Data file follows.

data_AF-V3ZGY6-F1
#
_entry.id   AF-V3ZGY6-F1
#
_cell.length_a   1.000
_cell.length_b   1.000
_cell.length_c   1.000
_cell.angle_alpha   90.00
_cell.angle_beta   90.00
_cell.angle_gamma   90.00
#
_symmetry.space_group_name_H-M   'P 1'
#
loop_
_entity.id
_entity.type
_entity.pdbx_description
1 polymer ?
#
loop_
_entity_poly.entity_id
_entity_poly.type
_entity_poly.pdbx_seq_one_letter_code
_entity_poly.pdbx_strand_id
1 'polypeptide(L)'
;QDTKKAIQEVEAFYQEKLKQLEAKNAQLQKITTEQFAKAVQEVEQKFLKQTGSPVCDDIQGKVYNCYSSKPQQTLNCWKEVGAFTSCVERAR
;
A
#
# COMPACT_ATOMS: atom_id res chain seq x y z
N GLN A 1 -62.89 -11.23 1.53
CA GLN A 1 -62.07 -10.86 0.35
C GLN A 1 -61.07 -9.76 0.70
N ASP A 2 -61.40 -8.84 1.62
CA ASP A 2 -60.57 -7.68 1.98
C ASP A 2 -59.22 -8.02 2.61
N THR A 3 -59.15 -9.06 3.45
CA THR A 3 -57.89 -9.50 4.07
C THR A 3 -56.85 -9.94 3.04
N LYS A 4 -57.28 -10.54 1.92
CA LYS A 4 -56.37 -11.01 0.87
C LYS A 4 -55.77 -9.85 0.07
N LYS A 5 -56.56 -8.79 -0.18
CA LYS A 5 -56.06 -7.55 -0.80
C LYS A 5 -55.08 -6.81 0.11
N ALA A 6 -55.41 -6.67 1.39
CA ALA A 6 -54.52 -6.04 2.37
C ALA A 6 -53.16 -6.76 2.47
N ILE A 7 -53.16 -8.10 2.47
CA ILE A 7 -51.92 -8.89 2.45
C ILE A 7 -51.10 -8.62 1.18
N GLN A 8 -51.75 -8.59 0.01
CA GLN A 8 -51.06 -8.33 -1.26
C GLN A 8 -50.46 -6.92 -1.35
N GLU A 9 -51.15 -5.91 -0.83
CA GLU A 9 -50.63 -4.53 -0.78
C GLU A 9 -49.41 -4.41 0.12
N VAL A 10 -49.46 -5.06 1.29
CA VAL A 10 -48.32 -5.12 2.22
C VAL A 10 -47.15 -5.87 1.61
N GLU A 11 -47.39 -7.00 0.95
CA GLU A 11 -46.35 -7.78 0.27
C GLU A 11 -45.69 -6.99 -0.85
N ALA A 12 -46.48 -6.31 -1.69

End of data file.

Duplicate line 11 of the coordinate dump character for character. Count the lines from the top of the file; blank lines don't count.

#